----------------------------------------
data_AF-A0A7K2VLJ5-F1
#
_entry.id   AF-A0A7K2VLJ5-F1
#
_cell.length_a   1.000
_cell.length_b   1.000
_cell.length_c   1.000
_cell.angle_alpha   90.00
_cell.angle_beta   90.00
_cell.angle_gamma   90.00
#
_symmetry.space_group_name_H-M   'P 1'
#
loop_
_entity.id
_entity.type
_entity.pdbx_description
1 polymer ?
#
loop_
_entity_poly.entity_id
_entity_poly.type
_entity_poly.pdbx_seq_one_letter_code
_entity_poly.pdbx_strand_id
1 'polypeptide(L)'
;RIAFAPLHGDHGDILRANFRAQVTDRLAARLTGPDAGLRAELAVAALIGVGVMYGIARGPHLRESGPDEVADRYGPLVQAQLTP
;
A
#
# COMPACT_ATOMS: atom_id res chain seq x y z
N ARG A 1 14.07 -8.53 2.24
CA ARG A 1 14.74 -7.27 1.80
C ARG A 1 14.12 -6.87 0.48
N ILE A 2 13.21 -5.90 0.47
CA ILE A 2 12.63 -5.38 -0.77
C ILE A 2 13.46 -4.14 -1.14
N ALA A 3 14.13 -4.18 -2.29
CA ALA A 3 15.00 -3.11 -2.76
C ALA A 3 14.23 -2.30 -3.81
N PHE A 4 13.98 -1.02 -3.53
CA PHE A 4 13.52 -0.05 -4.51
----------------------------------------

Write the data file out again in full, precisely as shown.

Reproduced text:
data_AF-A0A7K2VLJ5-F1
#
_entry.id   AF-A0A7K2VLJ5-F1
#
_cell.length_a   1.000
_cell.length_b   1.000
_cell.length_c   1.000
_cell.angle_alpha   90.00
_cell.angle_beta   90.00
_cell.angle_gamma   90.00
#
_symmetry.space_group_name_H-M   'P 1'
#
loop_
_entity.id
_entity.type
_entity.pdbx_description
1 polymer ?
#
loop_
_entity_poly.entity_id
_entity_poly.type
_entity_poly.pdbx_seq_one_letter_code
_entity_poly.pdbx_strand_id
1 'polypeptide(L)'
;RIAFAPLHGDHGDILRANFRAQVTDRLAARLTGPDAGLRAELAVAALIGVGVMYGIARGPHLRESGPDEVADRYGPLVQAQLTP
;
A
#
# COMPACT_ATOMS: atom_id res chain seq x y z
N ARG A 1 14.07 -8.53 2.24
CA ARG A 1 14.74 -7.27 1.80
C ARG A 1 14.12 -6.87 0.48
N ILE A 2 13.21 -5.90 0.47
CA ILE A 2 12.63 -5.38 -0.77
C ILE A 2 13.46 -4.14 -1.14
N ALA A 3 14.13 -4.18 -2.29
CA ALA A 3 15.00 -3.11 -2.76
C ALA A 3 14.23 -2.30 -3.81
N PHE A 4 13.98 -1.02 -3.53
CA PHE A 4 13.52 -0.05 -4.51